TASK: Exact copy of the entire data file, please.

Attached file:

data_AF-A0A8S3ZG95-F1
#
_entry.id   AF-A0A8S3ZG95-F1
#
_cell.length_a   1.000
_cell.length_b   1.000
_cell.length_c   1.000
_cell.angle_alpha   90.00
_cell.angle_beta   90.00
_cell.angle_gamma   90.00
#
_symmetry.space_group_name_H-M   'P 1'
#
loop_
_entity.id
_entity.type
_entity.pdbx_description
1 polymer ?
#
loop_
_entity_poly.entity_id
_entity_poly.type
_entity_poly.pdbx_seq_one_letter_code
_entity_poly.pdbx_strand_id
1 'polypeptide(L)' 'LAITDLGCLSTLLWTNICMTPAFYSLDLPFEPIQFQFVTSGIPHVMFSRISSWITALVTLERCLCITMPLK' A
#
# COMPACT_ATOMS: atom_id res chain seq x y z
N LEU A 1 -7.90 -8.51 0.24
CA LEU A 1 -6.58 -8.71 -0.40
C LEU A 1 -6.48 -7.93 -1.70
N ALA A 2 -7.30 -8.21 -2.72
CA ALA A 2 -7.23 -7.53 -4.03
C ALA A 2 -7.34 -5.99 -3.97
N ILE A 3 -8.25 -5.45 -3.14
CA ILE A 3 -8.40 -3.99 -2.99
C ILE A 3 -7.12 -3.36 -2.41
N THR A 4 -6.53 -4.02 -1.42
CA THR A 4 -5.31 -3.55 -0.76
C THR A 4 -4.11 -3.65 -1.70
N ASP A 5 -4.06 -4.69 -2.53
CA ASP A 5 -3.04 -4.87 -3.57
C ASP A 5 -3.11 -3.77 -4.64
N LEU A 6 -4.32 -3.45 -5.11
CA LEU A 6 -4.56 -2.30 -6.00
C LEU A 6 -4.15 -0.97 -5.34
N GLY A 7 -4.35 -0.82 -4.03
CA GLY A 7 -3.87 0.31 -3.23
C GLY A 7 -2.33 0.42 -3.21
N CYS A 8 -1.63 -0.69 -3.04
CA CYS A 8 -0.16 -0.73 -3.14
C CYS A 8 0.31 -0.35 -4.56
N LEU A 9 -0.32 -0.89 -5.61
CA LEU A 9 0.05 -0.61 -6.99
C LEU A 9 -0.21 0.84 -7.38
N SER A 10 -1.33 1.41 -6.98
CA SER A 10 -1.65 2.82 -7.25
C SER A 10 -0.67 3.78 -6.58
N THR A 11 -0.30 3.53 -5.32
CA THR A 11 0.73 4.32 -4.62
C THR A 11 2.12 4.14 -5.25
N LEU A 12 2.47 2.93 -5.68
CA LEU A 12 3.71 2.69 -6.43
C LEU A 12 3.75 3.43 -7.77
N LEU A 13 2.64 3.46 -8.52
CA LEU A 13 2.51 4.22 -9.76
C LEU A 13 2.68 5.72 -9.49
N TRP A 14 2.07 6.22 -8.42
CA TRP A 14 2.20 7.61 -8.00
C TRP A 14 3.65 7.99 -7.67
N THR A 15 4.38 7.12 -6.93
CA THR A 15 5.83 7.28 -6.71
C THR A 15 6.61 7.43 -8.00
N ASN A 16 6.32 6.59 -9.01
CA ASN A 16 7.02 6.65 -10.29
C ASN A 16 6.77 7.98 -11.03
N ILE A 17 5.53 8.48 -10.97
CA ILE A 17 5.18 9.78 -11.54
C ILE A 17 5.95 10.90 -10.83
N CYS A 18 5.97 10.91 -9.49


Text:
data_AF-A0A8S3ZG95-F1
#
_entry.id   AF-A0A8S3ZG95-F1
#
_cell.length_a   1.000
_cell.length_b   1.000
_cell.length_c   1.000
_cell.angle_alpha   90.00
_cell.angle_beta   90.00
_cell.angle_gamma   90.00
#
_symmetry.space_group_name_H-M   'P 1'
#
loop_
_entity.id
_entity.type
_entity.pdbx_description
1 polymer ?
#
loop_
_entity_poly.entity_id
_entity_poly.type
_entity_poly.pdbx_seq_one_letter_code
_entity_poly.pdbx_strand_id
1 'polypeptide(L)' 'LAITDLGCLSTLLWTNICMTPAFYSLDLPFEPIQFQFVTSGIPHVMFSRISSWITALVTLERCLCITMPLK' A
#
# COMPACT_ATOMS: atom_id res chain seq x y z
N LEU A 1 -7.90 -8.51 0.24
CA LEU A 1 -6.58 -8.71 -0.40
C LEU A 1 -6.48 -7.93 -1.70
N ALA A 2 -7.30 -8.21 -2.72
CA ALA A 2 -7.23 -7.53 -4.03
C ALA A 2 -7.34 -5.99 -3.97
N ILE A 3 -8.25 -5.45 -3.14
CA ILE A 3 -8.40 -3.99 -2.99
C ILE A 3 -7.12 -3.36 -2.41
N THR A 4 -6.53 -4.02 -1.42
CA THR A 4 -5.31 -3.55 -0.76
C THR A 4 -4.11 -3.65 -1.70
N ASP A 5 -4.06 -4.69 -2.53
CA ASP A 5 -3.04 -4.87 -3.57
C ASP A 5 -3.11 -3.77 -4.64
N LEU A 6 -4.32 -3.45 -5.11
CA LEU A 6 -4.56 -2.30 -6.00
C LEU A 6 -4.15 -0.97 -5.34
N GLY A 7 -4.35 -0.82 -4.03
CA GLY A 7 -3.87 0.31 -3.23
C GLY A 7 -2.33 0.42 -3.21
N CYS A 8 -1.63 -0.69 -3.04
CA CYS A 8 -0.16 -0.73 -3.14
C CYS A 8 0.31 -0.35 -4.56
N LEU A 9 -0.32 -0.89 -5.61
CA LEU A 9 0.05 -0.61 -6.99
C LEU A 9 -0.21 0.84 -7.38
N SER A 10 -1.33 1.41 -6.98
CA SER A 10 -1.65 2.82 -7.25
C SER A 10 -0.67 3.78 -6.58
N THR A 11 -0.30 3.53 -5.32
CA THR A 11 0.73 4.32 -4.62
C THR A 11 2.12 4.14 -5.25
N LEU A 12 2.47 2.93 -5.68
CA LEU A 12 3.71 2.69 -6.43
C LEU A 12 3.75 3.43 -7.77
N LEU A 13 2.64 3.46 -8.52
CA LEU A 13 2.51 4.22 -9.76
C LEU A 13 2.68 5.72 -9.49
N TRP A 14 2.07 6.22 -8.42
CA TRP A 14 2.20 7.61 -8.00
C TRP A 14 3.65 7.99 -7.67
N THR A 15 4.38 7.12 -6.93
CA THR A 15 5.83 7.28 -6.71
C THR A 15 6.61 7.43 -8.00
N ASN A 16 6.32 6.59 -9.01
CA ASN A 16 7.02 6.65 -10.29
C ASN A 16 6.77 7.98 -11.03
N ILE A 17 5.53 8.48 -10.97
CA ILE A 17 5.18 9.78 -11.54
C ILE A 17 5.95 10.90 -10.83
N CYS A 18 5.97 10.91 -9.49